The Digital, Culture, Media and Sport (DCMS) committee will seek answers from Masters, Parry and Football Association chairman Greg Clarke over the continued absence of an agreement over a bailout for the EFL.
The committee’s chair, Julian Knight, is in agreement with the Government that the Premier League should be the ones to provide the financial support for the lower leagues, where clubs have been hit especially hard by the impact of the coronavirus pandemic on matchday revenues.
— Digital, Culture, Media and Sport Committee (@CommonsDCMS) November 9, 2020
Knight hopes Tuesday’s session will help break the deadlock, and while Masters said his organisation stands willing to continue to talk, he pointed out the pandemic has affected the Premier League, and therefore its ability to assist the EFL.
“Our offer goes to the issue of ‘need’ rather than ‘want’, and where you have scarce resources in the current environment that has to be the right approach,” he told politico.eu.
“It also mirrors the Government’s approach — rescuing other areas of sport, and indeed the economy, to save bits from going out of business, rather than to underwrite losses.”
Masters has previously said the pandemic cost the league’s clubs £700m last season.
The EFL says it needs £250million to cover the shortfall it faces as a consequence of games being played behind closed doors, and has asked for Government help.
The Premier League has so far offered £50million in grants and loans, with EFL board member Steve Curwood saying last week that a further £30million emergency loan facility had been offered to Championship clubs.
Curwood said that £80m package still “barely touched the sides” of what was needed.
Knight believes the Premier League does have the financial capability to fund a bailout, pointing to clubs spending over £1billion in the summer transfer window.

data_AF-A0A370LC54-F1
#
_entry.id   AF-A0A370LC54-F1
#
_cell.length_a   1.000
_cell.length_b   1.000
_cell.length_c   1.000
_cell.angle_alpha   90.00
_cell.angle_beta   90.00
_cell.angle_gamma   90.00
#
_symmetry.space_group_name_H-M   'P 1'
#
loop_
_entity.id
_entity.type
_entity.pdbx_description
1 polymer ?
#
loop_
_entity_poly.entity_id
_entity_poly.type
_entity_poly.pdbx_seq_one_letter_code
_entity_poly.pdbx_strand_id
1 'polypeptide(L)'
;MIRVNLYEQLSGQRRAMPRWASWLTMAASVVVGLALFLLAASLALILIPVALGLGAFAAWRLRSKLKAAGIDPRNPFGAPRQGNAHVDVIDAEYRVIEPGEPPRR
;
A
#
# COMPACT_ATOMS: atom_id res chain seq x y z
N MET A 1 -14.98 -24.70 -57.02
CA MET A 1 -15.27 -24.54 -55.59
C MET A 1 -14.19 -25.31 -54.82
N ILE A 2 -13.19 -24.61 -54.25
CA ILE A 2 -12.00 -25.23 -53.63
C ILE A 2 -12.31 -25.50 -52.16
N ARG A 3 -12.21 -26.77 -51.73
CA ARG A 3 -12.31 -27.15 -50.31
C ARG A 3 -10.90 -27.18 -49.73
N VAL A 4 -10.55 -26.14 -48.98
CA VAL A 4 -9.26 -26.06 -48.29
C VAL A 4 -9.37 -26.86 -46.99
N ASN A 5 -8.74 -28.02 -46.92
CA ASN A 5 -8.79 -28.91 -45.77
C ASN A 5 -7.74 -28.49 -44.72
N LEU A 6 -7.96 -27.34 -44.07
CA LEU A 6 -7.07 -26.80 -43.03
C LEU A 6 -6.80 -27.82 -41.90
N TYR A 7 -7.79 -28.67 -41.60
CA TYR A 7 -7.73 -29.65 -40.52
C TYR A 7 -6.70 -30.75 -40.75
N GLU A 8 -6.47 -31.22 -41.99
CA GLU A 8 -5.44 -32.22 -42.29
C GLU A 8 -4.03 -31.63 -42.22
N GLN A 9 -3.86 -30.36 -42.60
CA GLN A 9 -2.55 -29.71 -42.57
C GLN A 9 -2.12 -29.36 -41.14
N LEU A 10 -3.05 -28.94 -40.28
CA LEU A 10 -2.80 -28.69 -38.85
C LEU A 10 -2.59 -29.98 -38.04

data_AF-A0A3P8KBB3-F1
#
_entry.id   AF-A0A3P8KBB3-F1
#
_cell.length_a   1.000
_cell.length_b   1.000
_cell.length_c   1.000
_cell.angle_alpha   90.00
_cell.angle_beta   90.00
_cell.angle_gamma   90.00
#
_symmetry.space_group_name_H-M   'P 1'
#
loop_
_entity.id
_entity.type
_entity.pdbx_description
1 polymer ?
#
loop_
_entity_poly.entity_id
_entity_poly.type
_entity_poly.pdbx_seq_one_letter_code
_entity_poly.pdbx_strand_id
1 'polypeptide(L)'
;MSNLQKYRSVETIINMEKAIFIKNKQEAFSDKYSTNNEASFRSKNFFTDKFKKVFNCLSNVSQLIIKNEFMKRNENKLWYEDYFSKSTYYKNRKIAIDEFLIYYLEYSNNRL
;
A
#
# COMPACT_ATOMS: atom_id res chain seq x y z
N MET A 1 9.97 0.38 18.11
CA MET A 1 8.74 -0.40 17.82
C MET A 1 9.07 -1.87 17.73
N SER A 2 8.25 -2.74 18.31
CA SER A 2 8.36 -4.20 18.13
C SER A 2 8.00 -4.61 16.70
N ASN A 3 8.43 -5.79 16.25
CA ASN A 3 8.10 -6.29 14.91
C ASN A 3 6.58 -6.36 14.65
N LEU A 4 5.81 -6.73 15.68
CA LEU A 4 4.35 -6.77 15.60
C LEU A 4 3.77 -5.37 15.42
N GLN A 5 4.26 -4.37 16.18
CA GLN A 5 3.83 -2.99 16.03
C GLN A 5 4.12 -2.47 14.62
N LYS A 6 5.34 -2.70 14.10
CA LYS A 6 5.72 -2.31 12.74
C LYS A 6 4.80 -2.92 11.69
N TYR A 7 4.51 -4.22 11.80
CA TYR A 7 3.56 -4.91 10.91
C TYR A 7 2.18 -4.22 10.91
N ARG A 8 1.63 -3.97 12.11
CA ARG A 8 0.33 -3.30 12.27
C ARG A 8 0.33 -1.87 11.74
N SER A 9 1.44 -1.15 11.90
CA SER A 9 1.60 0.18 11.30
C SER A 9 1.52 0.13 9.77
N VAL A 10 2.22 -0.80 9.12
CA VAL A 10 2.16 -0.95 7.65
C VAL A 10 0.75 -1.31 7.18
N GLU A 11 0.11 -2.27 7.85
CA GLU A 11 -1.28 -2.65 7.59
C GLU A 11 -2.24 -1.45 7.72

Masters defended that outlay, insisting it is vital for clubs in order to compete in the top flight.
“The Premier League is the most competitive league in the world, and you can’t stand still,” he said.
“You have to continue to compete, you have to continue to invest.”
He pointed out that £250m of that outlay went to EFL clubs, “which obviously assisted many clubs to reach a financially secure situation”.
Football’s three big bosses are also set to face questions around the Project Big Picture proposals which emerged last month.
The Premier League was unhappy about Parry’s involvement in the proposals, which sought to provide an immediate £250m bailout to the EFL and a 25 per cent share of future broadcast revenues but controversially placed greater power in the hands of the top flight’s big six clubs.
Premier League Shareholders agreed to work together as a 20-club collective on a strategic plan for the future structures and financing of English football
— Premier League (@premierleague) October 14, 2020
PBP was quickly rejected by the Premier League, which is continuing with its own strategic review that began in February.
Clarke will also be questioned about his role in the talks. He stated in a letter to the FA Council that he walked away from the discussions in the spring, when he said a breakaway competition was mooted as a threat if the proposals were not accepted by other clubs.
Since then, Clarke’s version of events has been questioned in a number of media reports.
Masters said about the proposals: “I can’t pretend it hasn’t created difficulties.
“The most important thing is all 20 clubs are now committed to a strategic review of the Premier League … I don’t think the status quo is probably the right or the unifying way forward. But I don’t want to be presumptive about how it’s going to finish.”